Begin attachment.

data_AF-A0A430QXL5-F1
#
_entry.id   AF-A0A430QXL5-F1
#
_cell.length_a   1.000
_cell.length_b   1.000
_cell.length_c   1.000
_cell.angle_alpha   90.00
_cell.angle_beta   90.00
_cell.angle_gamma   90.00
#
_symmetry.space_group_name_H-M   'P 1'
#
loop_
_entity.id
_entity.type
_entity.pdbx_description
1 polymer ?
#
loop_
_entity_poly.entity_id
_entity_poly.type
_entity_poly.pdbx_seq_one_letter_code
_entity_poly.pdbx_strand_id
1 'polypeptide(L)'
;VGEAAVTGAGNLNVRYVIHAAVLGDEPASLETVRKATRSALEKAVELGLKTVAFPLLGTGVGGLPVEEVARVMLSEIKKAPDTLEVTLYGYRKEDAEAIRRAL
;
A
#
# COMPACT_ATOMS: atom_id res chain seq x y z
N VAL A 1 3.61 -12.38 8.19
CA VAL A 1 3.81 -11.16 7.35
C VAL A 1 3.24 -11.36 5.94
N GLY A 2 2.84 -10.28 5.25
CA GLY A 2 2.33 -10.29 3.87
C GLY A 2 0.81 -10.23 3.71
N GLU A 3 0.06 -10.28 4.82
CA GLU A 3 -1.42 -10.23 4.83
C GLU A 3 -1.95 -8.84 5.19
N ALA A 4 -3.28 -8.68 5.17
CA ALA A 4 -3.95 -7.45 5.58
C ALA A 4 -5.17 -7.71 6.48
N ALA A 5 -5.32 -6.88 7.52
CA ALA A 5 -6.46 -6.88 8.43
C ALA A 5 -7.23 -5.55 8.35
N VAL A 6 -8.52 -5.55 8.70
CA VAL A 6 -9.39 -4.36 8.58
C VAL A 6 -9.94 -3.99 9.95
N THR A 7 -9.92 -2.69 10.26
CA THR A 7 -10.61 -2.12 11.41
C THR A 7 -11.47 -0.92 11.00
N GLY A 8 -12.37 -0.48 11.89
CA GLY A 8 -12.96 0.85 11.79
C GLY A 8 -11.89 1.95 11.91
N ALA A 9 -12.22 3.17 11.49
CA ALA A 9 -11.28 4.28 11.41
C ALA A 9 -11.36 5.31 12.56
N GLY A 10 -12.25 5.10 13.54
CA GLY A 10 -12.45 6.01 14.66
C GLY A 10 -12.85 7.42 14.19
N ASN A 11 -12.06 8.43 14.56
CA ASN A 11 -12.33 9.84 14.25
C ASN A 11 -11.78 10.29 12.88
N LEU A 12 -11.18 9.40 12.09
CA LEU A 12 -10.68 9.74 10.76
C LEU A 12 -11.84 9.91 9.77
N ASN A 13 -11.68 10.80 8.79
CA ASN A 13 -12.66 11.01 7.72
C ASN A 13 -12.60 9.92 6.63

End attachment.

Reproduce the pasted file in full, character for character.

data_AF-A0A430QXL5-F1
#
_entry.id   AF-A0A430QXL5-F1
#
_cell.length_a   1.000
_cell.length_b   1.000
_cell.length_c   1.000
_cell.angle_alpha   90.00
_cell.angle_beta   90.00
_cell.angle_gamma   90.00
#
_symmetry.space_group_name_H-M   'P 1'
#
loop_
_entity.id
_entity.type
_entity.pdbx_description
1 polymer ?
#
loop_
_entity_poly.entity_id
_entity_poly.type
_entity_poly.pdbx_seq_one_letter_code
_entity_poly.pdbx_strand_id
1 'polypeptide(L)'
;VGEAAVTGAGNLNVRYVIHAAVLGDEPASLETVRKATRSALEKAVELGLKTVAFPLLGTGVGGLPVEEVARVMLSEIKKAPDTLEVTLYGYRKEDAEAIRRAL
;
A
#
# COMPACT_ATOMS: atom_id res chain seq x y z
N VAL A 1 3.61 -12.38 8.19
CA VAL A 1 3.81 -11.16 7.35
C VAL A 1 3.24 -11.36 5.94
N GLY A 2 2.84 -10.28 5.25
CA GLY A 2 2.33 -10.29 3.87
C GLY A 2 0.81 -10.23 3.71
N GLU A 3 0.06 -10.28 4.82
CA GLU A 3 -1.42 -10.23 4.83
C GLU A 3 -1.95 -8.84 5.19
N ALA A 4 -3.28 -8.68 5.17
CA ALA A 4 -3.95 -7.45 5.58
C ALA A 4 -5.17 -7.71 6.48
N ALA A 5 -5.32 -6.88 7.52
CA ALA A 5 -6.46 -6.88 8.43
C ALA A 5 -7.23 -5.55 8.35
N VAL A 6 -8.52 -5.55 8.70
CA VAL A 6 -9.39 -4.36 8.58
C VAL A 6 -9.94 -3.99 9.95
N THR A 7 -9.92 -2.69 10.26
CA THR A 7 -10.61 -2.12 11.41
C THR A 7 -11.47 -0.92 11.00
N GLY A 8 -12.37 -0.48 11.89
CA GLY A 8 -12.96 0.85 11.79
C GLY A 8 -11.89 1.95 11.91
N ALA A 9 -12.22 3.17 11.49
CA ALA A 9 -11.28 4.28 11.41
C ALA A 9 -11.36 5.31 12.56
N GLY A 10 -12.25 5.10 13.54
CA GLY A 10 -12.45 6.01 14.66
C GLY A 10 -12.85 7.42 14.19
N ASN A 11 -12.06 8.43 14.56
CA ASN A 11 -12.33 9.84 14.25
C ASN A 11 -11.78 10.29 12.88
N LEU A 12 -11.18 9.40 12.09
CA LEU A 12 -10.68 9.74 10.76
C LEU A 12 -11.84 9.91 9.77
N ASN A 13 -11.68 10.80 8.79
CA ASN A 13 -12.66 11.01 7.72
C ASN A 13 -12.60 9.92 6.63